With the awareness of mental illness becoming more prevalent in modern society, USF’s Alliance and Suicide Prevention Lab is working to educate students about the importance of this national issue.
As part of its new social awareness campaign, the lab will host a self-care event today to help promote personal health and mental wellness among students.
Headed by Dr. Marc Karver, the lab is working with the Florida Council for Community Mental Health to train community members, teachers and others developing relationships with adolescents on how to identify the warning signs of suicide, as well as educate these individuals on how to be suicide gatekeepers for those at risk.
According to data collected by NCHS Vital Statistics System and the Florida Department of Health, 4,878 people from ages 15 to 24 committed suicide nationally in 2013 with 52 occurring in Hillsborough County alone.
LaDonna Gleason is the lab manager of the Alliance and Suicide Prevention Lab, which deals primarily with grants focused on preventing suicide among young, college-aged adults.
Gleason worked on campus as a resident assistant during her undergraduate studies at USF and became fascinated with the work being done within the lab during her time in graduate school. She recognizes that one of the main issues among young people is the lack of education where suicide is concerned.
“It’s really a lot more prevalent than people believe,” Gleason said. “We still stigmatize mental illnesses in society and suicide is one of those that is probably even more stigmatized than others. I think it’s very important for people to realize that this does happen, there are warning signs and those having suicidal thoughts can get help.”
At the self-care event, the focus will be on explaining the importance of acting as a resource for those in need, as well as making them aware of the campus-wide resources USF has to offer.
Featured activities will be carnival style, highlighting the mental health resources on campus as well as some off-campus resources and activities students can incorporate into their mental wellness and self-care routine.
“We’ve catered this first event to students who are feeling stressed due to finals and end of semester issues,” Gleason said. “We saw that that was a consistent need in our research due to the workload students face as the term comes to a close.”
Though the suicide rates at USF are not as high as other parts of the country, she says the college age group is one of the most affected nationwide. Gleason wants students to understand the methods for dealing with stress that comes from exams, and school in general, which can make individuals feel trapped and distant.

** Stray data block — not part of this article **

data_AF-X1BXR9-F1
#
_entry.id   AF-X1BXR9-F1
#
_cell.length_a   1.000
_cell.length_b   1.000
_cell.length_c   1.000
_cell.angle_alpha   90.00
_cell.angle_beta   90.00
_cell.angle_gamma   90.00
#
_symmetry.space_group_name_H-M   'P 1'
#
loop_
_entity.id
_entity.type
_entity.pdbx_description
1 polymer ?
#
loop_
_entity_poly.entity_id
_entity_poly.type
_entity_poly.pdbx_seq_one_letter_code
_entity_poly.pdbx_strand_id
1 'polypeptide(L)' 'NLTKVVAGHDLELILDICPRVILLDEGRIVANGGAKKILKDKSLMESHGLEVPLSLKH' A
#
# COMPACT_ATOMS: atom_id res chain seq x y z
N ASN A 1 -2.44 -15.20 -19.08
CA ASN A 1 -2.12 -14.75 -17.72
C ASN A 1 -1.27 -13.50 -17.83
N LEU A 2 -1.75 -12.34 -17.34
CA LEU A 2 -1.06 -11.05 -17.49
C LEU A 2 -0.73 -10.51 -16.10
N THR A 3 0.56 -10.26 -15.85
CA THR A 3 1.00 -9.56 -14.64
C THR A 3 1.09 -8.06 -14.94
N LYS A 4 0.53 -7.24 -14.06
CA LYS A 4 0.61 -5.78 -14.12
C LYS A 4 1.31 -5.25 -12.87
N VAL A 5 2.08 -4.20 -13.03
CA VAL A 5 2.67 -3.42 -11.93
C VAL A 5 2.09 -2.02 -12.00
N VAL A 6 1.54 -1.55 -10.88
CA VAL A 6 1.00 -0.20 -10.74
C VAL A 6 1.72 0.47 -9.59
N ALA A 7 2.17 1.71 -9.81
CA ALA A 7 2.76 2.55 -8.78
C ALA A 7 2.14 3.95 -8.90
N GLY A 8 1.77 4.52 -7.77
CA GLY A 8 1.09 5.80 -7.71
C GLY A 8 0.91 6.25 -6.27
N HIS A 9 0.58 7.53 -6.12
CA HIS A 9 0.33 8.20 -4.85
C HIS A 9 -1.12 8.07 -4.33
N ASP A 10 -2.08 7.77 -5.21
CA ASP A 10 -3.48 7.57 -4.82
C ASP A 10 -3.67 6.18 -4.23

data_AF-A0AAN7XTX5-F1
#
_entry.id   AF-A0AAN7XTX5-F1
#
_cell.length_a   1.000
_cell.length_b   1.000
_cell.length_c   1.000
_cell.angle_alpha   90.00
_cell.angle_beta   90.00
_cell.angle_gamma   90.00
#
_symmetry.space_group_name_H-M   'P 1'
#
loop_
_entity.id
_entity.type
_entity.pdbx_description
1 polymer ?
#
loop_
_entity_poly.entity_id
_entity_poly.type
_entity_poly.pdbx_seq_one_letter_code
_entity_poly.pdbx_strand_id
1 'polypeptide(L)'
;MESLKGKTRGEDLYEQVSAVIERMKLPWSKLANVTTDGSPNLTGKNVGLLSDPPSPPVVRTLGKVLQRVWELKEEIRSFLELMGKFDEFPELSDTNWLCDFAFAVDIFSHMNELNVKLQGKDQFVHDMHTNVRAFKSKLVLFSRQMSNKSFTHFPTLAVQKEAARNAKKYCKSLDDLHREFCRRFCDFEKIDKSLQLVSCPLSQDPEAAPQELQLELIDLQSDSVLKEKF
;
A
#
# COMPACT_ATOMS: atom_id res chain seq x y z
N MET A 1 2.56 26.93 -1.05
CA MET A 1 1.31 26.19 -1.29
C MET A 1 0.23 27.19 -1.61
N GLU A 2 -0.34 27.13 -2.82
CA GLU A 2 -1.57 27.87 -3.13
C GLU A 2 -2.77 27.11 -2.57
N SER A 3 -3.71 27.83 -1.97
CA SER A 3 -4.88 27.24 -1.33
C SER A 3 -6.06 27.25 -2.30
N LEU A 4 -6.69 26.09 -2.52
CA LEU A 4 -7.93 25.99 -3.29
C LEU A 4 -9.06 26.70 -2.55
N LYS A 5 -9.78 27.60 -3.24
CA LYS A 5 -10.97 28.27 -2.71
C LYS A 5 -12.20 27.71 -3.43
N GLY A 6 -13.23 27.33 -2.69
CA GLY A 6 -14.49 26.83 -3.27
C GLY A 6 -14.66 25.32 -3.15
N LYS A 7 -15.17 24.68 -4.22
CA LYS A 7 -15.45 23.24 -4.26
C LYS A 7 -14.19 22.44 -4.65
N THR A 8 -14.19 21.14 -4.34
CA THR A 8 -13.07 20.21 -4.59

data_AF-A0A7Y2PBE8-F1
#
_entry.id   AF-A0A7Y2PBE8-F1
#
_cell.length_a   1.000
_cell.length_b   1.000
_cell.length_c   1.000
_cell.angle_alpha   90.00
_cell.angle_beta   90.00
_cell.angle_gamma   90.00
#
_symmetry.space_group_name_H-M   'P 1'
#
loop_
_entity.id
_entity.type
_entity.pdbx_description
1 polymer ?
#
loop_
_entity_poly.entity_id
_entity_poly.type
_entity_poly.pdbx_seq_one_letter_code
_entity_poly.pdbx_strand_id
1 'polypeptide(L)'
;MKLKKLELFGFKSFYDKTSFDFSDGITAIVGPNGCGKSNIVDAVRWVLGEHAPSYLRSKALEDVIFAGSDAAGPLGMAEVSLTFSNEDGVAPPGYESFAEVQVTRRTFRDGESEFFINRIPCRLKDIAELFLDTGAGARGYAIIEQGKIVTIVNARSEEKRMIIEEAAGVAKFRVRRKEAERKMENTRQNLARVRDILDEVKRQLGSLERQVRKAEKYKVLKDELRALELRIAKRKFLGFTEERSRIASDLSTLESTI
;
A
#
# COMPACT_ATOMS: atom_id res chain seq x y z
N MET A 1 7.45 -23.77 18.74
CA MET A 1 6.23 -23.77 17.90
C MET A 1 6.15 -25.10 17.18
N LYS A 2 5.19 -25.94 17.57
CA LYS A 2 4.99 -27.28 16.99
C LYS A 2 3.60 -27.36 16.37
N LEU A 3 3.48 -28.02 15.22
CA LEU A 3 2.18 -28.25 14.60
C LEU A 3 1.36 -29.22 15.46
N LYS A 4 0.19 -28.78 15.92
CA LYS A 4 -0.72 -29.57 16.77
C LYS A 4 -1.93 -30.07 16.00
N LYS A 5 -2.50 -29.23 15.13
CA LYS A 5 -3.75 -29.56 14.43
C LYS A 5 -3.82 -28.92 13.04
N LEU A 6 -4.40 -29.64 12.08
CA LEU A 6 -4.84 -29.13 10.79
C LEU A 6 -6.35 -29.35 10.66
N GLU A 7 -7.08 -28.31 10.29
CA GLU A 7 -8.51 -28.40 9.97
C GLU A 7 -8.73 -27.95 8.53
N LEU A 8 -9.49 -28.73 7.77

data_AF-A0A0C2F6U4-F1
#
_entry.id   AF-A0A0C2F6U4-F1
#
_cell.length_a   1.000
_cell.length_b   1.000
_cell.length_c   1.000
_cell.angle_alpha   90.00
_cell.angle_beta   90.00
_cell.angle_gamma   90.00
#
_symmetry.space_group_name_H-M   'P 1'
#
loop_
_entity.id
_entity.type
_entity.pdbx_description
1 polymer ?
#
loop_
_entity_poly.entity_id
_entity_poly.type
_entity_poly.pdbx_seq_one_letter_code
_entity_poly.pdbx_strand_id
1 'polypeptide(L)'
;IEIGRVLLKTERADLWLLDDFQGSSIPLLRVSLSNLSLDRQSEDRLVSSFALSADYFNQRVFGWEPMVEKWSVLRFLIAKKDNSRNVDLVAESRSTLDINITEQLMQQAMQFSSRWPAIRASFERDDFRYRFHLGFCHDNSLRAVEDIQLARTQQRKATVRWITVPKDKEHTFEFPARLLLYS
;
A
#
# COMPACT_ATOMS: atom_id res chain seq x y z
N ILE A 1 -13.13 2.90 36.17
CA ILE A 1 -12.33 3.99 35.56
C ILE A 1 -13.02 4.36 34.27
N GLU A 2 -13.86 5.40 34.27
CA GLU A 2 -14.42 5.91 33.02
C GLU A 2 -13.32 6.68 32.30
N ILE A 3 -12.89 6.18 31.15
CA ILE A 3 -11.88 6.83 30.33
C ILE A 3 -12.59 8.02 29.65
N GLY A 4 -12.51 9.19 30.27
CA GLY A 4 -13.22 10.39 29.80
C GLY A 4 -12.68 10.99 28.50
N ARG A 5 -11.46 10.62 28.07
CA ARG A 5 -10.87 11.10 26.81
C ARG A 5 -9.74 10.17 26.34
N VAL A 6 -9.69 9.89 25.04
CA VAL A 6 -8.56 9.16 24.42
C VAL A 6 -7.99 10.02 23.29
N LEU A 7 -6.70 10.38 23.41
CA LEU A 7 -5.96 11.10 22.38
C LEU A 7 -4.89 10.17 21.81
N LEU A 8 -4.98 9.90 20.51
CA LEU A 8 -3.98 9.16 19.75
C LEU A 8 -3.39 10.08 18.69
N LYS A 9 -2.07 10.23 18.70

“I want students to feel that they are empowered not only with the resources available on campus, but also with the knowledge of things to do every day in a self-care routine to help manage the stress they may experience,” Gleason said.
Gleason said any student afraid that a friend might be experiencing suicidal thoughts should take him or her to one of the resources on campus, such as the Counseling Center or Students of Concern Assistance Team (SOCAT) to help alleviate the negative emotions he or she is experiencing. The biggest challenge with the current USF initiatives is that many students experiencing suicidal thoughts cannot bring themselves to get help from these places but instead remain silent.
“It can feel intimidating, but these employees have extensive training to help get students through tough times,” Gleason said. “There are compassionate and caring people that just want to help everyone feel better about themselves and what they’re doing.”
The event will take place today from 10 a.m. to 2 p.m. outside Beef ‘O’ Brady’s at the weekly Bull Market. This is only the first event in what the lab hopes to turn into many more for students in the upcoming summer and fall terms.
Those experiencing thoughts of suicide are encouraged to call the 24/7 National Suicide Prevention Lifeline at 1-800-273-TALK (8255) for personal assistance at any time. Additionally, 211 can be dialed anywhere in Hillsborough County to reach a crisis counselor at the Crisis Center of Tampa Bay, which can help those in distress or those in need of resources.